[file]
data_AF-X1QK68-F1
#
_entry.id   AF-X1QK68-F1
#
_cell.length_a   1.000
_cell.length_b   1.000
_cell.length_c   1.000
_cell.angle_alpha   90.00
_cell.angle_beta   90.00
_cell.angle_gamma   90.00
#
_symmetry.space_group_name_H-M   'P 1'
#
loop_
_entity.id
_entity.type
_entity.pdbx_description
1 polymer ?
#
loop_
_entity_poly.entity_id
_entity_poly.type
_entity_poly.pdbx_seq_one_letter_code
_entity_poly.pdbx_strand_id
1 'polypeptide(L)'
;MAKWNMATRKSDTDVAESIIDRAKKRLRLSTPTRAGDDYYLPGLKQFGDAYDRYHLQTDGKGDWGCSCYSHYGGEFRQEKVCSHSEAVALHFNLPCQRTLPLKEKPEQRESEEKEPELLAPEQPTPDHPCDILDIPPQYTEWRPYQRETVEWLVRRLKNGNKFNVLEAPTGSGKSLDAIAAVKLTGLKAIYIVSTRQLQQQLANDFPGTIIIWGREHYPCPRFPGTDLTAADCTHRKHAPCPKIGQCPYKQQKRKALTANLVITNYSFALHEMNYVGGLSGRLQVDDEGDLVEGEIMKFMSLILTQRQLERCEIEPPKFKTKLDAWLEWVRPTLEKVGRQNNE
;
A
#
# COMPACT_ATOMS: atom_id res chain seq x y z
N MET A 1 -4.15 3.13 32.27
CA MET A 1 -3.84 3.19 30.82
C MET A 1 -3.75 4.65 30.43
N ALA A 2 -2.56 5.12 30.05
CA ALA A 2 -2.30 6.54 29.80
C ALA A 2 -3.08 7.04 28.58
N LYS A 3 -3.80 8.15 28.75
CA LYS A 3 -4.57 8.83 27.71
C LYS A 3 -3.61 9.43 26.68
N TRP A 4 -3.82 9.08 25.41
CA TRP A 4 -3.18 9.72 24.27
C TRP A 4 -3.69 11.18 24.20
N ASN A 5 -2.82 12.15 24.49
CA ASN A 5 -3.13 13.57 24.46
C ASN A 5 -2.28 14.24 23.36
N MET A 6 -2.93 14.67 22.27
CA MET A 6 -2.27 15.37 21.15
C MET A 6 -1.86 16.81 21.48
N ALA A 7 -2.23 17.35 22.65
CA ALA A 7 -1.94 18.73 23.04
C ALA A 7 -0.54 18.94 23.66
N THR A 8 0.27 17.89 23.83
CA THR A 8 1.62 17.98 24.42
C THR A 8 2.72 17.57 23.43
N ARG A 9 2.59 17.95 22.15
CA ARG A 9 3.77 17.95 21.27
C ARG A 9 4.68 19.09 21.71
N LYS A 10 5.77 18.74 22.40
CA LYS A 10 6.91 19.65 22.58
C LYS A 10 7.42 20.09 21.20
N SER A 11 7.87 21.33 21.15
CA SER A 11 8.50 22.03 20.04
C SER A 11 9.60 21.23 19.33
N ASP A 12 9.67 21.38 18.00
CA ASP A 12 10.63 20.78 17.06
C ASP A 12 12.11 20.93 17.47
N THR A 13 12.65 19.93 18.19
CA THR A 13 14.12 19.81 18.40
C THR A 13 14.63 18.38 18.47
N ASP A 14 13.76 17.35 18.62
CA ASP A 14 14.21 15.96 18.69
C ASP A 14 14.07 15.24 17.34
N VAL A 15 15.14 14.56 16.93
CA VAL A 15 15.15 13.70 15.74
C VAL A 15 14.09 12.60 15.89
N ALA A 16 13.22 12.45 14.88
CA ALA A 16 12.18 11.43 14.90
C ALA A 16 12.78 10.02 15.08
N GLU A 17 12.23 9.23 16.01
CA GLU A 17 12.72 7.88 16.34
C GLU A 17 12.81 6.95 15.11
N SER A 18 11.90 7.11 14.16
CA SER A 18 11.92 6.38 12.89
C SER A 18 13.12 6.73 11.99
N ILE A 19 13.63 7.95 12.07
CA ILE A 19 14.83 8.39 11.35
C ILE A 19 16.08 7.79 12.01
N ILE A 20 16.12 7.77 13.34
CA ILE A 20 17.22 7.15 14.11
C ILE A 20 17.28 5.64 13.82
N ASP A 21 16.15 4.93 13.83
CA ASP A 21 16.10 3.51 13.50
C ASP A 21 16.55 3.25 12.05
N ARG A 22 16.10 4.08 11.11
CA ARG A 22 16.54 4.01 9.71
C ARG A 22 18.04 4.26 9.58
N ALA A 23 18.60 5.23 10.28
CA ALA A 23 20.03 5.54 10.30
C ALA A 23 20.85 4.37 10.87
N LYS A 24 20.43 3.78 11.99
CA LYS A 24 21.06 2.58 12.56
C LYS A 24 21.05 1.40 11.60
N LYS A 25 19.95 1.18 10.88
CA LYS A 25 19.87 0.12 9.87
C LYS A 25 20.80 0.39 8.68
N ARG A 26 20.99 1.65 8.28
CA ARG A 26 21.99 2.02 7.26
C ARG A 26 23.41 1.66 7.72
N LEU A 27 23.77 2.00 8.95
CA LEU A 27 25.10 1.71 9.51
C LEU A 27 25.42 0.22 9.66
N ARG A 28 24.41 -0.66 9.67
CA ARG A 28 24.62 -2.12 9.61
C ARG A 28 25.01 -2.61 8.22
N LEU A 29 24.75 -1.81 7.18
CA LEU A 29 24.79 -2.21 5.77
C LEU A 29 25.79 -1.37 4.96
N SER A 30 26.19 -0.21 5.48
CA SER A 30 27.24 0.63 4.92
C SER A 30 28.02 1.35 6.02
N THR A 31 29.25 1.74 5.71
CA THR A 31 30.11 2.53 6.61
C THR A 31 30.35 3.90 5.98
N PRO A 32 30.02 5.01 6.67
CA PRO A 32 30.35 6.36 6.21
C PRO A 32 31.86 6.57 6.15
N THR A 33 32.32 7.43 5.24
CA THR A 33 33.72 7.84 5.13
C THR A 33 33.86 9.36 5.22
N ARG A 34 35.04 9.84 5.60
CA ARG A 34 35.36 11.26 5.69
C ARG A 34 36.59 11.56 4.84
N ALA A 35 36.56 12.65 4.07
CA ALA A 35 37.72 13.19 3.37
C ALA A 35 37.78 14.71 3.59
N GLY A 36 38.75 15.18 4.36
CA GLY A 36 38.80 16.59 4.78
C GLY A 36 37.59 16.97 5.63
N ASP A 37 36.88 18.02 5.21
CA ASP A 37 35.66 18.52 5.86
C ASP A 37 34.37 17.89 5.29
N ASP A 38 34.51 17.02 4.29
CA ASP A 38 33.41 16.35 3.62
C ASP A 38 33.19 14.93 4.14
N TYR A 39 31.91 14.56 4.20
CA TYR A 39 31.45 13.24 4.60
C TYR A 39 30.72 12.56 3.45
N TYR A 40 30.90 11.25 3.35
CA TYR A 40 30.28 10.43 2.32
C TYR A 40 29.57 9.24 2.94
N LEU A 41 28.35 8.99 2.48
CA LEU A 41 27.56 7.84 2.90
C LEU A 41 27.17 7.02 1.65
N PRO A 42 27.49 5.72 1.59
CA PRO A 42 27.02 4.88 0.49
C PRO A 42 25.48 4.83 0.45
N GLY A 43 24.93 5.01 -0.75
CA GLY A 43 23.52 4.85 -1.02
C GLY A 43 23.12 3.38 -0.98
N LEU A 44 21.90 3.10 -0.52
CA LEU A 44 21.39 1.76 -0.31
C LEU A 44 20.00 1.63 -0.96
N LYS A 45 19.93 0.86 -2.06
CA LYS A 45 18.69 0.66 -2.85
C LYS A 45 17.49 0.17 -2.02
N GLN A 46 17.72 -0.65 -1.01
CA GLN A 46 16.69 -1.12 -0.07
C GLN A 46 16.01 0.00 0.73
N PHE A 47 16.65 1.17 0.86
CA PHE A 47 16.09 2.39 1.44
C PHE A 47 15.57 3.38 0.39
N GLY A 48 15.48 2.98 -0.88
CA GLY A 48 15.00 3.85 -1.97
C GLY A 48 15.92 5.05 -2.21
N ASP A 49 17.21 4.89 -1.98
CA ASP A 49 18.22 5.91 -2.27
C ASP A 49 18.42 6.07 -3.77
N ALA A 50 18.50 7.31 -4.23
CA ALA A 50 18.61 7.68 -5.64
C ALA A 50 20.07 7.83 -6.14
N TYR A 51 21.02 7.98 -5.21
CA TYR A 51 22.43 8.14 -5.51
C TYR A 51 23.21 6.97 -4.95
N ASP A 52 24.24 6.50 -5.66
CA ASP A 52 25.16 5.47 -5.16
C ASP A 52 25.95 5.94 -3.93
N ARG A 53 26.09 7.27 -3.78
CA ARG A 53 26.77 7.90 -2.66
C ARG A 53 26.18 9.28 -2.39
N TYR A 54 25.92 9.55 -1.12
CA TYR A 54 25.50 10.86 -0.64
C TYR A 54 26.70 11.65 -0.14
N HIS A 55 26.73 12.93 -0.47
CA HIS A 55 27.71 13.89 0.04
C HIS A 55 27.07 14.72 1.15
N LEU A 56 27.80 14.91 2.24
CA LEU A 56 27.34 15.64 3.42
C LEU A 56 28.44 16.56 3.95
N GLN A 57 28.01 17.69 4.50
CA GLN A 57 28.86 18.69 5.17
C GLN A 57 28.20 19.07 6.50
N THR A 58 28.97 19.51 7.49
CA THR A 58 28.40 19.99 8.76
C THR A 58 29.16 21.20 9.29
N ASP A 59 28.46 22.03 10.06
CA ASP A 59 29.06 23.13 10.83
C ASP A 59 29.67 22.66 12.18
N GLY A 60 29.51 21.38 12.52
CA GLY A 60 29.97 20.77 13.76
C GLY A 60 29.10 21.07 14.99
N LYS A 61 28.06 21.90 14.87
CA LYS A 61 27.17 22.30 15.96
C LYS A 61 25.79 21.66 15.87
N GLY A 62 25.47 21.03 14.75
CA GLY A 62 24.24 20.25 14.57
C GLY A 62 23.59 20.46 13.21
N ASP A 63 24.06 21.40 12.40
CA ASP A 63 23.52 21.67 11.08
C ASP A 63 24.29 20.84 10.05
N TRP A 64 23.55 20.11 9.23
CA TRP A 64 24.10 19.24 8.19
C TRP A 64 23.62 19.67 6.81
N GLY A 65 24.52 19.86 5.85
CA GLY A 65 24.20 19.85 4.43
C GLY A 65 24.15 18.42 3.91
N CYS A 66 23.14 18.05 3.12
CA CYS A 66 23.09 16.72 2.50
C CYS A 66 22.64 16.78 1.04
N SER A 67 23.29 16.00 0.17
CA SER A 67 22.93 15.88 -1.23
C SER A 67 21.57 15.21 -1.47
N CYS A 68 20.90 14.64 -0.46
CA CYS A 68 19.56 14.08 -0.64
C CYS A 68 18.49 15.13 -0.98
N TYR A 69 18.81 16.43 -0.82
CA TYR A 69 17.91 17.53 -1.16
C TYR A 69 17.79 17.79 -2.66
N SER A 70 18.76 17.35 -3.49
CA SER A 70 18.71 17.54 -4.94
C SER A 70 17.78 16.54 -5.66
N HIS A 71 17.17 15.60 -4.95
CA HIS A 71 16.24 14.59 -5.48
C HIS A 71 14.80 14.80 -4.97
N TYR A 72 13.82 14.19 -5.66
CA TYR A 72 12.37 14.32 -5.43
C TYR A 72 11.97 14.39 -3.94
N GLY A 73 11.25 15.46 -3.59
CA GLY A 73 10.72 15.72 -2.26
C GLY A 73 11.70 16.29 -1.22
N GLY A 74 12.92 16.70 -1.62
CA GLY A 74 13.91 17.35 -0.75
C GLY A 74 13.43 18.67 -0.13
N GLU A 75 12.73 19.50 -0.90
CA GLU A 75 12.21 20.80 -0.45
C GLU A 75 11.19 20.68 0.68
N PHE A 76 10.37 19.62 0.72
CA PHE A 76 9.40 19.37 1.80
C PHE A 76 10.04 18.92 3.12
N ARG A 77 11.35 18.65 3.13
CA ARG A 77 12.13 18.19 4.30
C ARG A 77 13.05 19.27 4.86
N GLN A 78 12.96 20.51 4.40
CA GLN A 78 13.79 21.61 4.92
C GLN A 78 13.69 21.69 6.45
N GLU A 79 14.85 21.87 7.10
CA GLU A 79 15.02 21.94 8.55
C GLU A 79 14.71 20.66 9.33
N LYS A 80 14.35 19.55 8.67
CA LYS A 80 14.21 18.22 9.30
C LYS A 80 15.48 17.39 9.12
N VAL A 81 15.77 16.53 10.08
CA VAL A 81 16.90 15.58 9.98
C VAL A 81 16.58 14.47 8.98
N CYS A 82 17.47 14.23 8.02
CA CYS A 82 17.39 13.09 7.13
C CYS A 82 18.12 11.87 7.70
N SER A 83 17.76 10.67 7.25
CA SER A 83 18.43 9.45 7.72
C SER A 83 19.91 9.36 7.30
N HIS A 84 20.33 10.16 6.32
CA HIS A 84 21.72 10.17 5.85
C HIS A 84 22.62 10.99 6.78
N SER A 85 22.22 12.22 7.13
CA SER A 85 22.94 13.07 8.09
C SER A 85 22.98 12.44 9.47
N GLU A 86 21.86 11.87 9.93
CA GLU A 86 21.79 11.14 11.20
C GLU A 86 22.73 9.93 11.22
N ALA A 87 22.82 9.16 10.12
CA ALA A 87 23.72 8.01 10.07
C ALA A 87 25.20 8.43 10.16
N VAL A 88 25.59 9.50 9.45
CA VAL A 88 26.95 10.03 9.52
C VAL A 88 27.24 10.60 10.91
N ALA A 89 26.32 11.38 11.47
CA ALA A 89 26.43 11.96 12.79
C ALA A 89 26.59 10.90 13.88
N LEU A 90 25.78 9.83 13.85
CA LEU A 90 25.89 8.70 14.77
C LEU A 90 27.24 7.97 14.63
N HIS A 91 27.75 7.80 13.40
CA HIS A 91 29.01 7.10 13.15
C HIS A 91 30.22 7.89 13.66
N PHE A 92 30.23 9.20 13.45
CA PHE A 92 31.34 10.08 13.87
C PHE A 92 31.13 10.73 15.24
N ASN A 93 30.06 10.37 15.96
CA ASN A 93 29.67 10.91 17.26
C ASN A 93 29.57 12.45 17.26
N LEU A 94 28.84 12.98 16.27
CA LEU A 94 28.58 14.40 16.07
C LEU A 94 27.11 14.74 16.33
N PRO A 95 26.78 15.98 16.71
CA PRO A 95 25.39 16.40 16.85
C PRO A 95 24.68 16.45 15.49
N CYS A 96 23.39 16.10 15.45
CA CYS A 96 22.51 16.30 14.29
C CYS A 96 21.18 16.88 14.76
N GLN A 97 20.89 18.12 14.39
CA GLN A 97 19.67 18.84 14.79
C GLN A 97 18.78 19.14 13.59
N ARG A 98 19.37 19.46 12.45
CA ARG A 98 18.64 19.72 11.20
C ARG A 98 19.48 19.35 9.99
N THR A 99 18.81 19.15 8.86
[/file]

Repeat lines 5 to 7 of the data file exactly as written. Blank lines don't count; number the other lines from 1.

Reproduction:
_cell.length_a   1.000
_cell.length_b   1.000
_cell.length_c   1.000